ISO 3166-2 (was: Re: Scottish English)

Mark Davis mark.davis at
Fri Aug 24 17:23:24 CEST 2007

I agree with you that the syntax couldn't be incorporated directly, but we
could work around it (not in this group, but in the LTRU group). For
example, we could say that variants of the form SUBxxxxx with a prefix
containing a region code were reserved for ISO 3166-2 codes. The key issues
are relevance, suitability, and stability.


On 8/23/07, Doug Ewell <dewell at> wrote:
> Mark Davis <mark dot davis at icu dash project dot org> wrote:
> > Add to that list the fundamental reason: there is some reason to use
> > countries in defining language variants, because the governments are
> > often associated with particular policies regarding orthography and
> > other language variant features. However, that relationship becomes
> > very tenuous when we look at sub-country boundaries, which are far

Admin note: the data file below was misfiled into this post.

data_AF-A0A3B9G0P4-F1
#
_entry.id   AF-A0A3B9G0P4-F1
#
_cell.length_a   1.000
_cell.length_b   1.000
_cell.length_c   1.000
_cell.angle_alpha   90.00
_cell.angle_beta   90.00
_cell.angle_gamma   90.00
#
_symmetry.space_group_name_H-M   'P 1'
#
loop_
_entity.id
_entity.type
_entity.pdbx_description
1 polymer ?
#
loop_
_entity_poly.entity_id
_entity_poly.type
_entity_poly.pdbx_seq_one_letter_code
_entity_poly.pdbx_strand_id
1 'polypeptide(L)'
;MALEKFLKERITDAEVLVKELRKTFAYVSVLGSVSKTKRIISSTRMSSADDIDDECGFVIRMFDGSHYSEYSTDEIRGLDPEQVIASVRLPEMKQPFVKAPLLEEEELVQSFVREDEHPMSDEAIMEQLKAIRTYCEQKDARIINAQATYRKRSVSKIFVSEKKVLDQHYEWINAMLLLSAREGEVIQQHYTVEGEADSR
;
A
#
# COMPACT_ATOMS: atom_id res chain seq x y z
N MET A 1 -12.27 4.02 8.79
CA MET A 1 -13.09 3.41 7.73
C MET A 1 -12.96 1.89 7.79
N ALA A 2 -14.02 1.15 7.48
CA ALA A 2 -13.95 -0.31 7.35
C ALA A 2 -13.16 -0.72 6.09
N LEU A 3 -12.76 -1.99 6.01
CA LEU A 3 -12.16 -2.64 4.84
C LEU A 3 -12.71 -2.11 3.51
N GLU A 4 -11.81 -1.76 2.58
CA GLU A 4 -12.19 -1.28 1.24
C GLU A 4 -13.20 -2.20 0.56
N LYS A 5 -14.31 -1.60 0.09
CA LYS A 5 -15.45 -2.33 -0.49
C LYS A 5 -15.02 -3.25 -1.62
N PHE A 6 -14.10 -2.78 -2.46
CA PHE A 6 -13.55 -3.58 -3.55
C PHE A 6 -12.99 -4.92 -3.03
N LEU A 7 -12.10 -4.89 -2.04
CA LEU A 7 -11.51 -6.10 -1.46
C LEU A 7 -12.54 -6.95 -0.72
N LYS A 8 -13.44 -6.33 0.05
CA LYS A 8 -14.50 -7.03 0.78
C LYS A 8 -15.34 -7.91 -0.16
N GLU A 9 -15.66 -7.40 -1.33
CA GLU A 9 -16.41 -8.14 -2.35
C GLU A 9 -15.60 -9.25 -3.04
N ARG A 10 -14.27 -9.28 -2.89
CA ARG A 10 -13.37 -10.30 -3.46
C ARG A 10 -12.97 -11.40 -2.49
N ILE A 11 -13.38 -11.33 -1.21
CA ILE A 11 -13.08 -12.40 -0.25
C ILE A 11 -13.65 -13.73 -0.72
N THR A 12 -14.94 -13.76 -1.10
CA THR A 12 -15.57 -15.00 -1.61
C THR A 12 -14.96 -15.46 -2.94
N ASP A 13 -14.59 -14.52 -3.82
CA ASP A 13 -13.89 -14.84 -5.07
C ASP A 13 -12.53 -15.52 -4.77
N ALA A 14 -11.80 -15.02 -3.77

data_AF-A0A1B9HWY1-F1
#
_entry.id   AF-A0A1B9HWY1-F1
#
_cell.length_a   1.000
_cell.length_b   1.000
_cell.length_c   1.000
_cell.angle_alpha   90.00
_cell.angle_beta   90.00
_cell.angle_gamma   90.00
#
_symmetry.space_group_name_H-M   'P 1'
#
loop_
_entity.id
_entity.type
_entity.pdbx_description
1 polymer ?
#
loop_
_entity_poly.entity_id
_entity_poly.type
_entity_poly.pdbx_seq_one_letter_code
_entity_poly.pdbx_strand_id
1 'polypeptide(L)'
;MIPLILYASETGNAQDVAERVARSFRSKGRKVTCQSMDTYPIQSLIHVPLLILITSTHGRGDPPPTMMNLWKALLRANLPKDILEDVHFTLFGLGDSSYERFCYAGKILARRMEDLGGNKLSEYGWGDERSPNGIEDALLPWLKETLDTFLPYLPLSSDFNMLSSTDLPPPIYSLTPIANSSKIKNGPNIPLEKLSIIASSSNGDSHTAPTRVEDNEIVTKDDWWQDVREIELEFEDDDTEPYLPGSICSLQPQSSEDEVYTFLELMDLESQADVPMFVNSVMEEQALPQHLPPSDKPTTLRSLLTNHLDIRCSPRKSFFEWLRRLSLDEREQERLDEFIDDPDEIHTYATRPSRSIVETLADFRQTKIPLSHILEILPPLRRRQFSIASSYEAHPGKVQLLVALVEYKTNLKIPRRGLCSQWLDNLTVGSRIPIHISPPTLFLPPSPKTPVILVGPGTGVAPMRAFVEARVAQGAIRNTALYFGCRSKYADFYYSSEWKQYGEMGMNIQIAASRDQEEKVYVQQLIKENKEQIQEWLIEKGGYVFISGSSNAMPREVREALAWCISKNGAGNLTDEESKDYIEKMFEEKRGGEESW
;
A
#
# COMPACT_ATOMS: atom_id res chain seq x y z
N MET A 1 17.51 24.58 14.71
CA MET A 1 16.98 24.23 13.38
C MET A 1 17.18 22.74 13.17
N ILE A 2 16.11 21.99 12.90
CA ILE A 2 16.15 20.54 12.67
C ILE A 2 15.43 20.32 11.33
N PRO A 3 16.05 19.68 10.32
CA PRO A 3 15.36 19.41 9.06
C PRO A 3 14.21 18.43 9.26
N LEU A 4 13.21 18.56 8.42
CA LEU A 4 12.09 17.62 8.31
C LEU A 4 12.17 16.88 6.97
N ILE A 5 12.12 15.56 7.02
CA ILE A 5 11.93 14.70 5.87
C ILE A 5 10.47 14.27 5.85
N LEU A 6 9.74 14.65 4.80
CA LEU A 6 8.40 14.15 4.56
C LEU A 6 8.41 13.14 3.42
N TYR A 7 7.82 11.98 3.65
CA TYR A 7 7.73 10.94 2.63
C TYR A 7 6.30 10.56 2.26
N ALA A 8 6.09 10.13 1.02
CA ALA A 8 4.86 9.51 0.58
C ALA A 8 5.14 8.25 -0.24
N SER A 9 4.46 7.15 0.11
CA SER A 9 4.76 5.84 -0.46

> > less commonly associated strongly with a particular language variant.
> > Moreover, where there is such a relationship, it far less likely to be
> > unique; the same features will be shared among a large set of
> > subregions.
> Ninety-nine percent of the time, you are right: the main reason we don't
> want to get involved with sub-national region subtags is that they don't
> represent enough of a linguistic difference to be worth tagging.
> For that one percent of the time when there is a taggable difference,
> such as we are seeing right now with Scottish English, I feel it's
> important to point out the technical conflicts between ISO 3166-2 and
> the rest of the BCP 47 syntax.
> --
> Doug Ewell  *  Fullerton, California, USA  *  RFC 4645  *  UTN #14
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